Juliano Morimoto

Academic Fellow, University of Aberdeen
  • University of Aberdeen
  • +447985420573
  • United Kingdom

About Juliano Morimoto

Dr Morimoto is an entomologist interested in developmental ecology of insect larvae. He is an advocate for true equality of opportunity to all in STEM, aiming to make academic institutions and academia, fair.

Intro Content

Contributor

Has Natural History been under lockdown?

Lifting restrictions on Natural History studies can help us discover more about what we don’t know – and what we think we know but don’t.

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Recent Comments

Nov 17, 2020
Replying to Fabio Berzaghi

Yes this is sad news, there are less and less people who are qualified to be museum curators, so I wonder if the long-term plan of museums is to get rid of curators. PhD on Natural History are almost non-existent because of the funding issue you mentioned.

Fabio, thank you very much for your comment – and it is such a good one! You are spot on that there seems to be a trend for curators to be disappearing. In fact, here at the University of Aberdeen, the 'word in the street' is that the Natural History Museum does not have an official curator (a sad true that has been going on for a while). It is more remarkable because here we have the Regius Chair in Natural History! Well, hopefully we can change the way the fields are evolving, and we can keep Natural History alive for the next generation of scientists...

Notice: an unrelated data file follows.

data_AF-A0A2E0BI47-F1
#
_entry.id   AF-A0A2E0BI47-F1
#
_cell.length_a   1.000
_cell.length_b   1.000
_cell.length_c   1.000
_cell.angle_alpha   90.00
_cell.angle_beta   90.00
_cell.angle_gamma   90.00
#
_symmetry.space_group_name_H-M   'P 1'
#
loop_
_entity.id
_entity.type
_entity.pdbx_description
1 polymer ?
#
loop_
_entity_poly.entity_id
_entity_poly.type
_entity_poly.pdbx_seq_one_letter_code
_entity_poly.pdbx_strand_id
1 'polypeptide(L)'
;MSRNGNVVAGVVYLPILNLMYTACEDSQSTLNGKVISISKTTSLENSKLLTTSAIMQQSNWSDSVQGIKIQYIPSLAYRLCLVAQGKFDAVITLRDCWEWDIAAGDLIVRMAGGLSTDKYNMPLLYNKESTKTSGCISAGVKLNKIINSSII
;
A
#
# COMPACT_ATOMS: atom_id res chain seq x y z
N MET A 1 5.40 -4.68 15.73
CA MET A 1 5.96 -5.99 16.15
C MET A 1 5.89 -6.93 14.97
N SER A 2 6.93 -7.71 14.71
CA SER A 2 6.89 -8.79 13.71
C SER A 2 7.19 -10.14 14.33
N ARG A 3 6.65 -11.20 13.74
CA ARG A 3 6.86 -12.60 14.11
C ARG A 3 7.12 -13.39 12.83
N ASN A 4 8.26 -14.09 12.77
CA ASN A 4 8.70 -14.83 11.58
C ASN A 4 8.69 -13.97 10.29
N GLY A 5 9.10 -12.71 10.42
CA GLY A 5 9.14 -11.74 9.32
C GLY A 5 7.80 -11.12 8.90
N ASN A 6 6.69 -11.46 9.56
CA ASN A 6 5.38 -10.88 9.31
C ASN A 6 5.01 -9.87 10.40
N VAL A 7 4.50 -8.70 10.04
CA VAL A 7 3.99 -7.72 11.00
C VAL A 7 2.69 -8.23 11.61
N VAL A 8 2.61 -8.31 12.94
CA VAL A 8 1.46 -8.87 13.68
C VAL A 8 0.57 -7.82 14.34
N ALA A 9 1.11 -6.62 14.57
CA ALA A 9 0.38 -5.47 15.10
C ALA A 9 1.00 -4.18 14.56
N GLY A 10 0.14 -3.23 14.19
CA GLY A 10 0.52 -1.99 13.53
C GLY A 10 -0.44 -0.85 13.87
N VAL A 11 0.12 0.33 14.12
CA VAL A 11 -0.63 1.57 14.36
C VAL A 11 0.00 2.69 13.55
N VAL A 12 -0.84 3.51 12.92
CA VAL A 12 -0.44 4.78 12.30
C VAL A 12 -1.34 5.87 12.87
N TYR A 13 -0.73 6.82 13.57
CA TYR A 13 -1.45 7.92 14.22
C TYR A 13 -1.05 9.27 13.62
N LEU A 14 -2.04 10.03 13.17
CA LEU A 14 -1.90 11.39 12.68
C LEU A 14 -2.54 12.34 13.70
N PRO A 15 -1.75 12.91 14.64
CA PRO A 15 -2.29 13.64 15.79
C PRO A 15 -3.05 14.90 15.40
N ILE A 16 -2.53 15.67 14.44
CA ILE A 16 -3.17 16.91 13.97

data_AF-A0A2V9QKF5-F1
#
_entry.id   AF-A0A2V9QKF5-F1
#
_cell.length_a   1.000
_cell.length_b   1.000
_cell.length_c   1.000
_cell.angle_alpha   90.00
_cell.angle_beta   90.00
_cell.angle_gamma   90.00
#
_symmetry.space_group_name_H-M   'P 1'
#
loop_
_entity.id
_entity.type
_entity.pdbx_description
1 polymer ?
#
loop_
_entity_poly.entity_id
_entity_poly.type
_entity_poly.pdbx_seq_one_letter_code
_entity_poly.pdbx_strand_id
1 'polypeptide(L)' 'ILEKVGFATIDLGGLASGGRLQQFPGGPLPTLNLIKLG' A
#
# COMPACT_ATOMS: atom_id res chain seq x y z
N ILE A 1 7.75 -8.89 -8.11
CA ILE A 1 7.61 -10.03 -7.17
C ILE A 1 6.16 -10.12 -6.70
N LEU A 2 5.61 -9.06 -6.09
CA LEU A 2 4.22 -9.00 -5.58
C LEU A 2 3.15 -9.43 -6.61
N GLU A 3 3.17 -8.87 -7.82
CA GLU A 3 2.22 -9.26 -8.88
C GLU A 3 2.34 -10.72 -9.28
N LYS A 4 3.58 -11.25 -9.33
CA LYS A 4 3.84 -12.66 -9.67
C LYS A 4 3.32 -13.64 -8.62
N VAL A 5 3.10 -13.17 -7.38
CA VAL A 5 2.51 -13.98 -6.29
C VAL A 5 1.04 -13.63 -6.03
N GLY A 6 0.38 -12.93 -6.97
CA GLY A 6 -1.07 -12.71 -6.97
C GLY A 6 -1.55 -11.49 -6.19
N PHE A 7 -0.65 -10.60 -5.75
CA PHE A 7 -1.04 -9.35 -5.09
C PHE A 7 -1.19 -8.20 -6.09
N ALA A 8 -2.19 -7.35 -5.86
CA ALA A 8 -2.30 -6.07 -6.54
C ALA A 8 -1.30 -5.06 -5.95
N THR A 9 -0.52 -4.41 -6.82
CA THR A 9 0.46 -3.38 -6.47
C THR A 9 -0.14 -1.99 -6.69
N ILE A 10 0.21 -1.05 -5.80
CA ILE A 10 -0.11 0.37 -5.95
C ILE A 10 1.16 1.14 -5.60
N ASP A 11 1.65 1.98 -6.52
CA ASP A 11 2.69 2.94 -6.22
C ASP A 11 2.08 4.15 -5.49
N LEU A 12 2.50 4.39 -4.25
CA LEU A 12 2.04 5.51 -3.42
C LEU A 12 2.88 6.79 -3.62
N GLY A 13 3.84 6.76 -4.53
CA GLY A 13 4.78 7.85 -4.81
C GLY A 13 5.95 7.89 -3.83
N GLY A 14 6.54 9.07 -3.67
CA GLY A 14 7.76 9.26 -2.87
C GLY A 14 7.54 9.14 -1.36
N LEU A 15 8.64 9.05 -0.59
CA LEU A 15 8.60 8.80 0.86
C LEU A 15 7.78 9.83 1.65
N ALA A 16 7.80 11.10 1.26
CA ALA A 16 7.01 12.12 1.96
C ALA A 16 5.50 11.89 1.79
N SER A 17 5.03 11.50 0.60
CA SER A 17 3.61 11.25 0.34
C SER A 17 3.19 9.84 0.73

Sep 19, 2019
Replying to Ruth Milne

I love this - the three Heads of Peer Review, brilliant! Which head came first - author?

Thank you Ruth! 
Definitely author comes first – that's how we get to be known and invited to be Reviewers (Head 2) and Editors (Head 3) =) 

Why don't we hear from your experience as part of this community? 

May 15, 2019
Replying to Filipe Dezordi

Hi Juliano, I make a translation to Portugues, available in:

https://medium.com/@zimmer_f/brasil-rumo-a-um-pa%C3%ADs-sem-educa%C3%A7%C3%A3o-2aa89316de50


There is any problem?


Thanks for your text !

Hi Felipe Dezordi,

No problem at all. I had a look and all credits seem to be given appropriately. Thank you very much for the translation and let's keep spreading the word around our country and the world.

Thanks again!
Juliano

May 14, 2019
Replying to Rodrigo Xavier

Quite true, but the country is broke, It doesnt have money to do anything. We have more than 13 Million people uneployeed, people that have a Master and speak english as myself. My nice os taking a Master in Engineering because she didnt find any job when she took her bachelor degree 2 Years Ago - and still looking for something, but the economy is getting smaller year after year. So basically It doesnt worth taking a Master or a PHd in Brazil, because ALL you can do os framed your title and put at your wall. 

The Best thing you can do in Brazil is study abroad to get out from this giant trap that becomes this Republic of Bananas. No justice, senate and deputies looking at your own interests, corruption at everywhere, problems of solvency to pay debts and the concern is about the master degrees ... Sorry but you know nothing from Brazil. 

And Just to conclude my allegations, this is not the First time that happen something like this in Brazil, this contingency had happened other 3 times along the last 16 Years ( no one says anything about that , but Ok) , the First time, my sister in law, that was taking a PHd in microbiology, loose her government aid - but she was so good, and never gave up, then she send her studies to Michigan University ... Of course that she moved to US, and she never, ever , think for a Second to return to Brazil.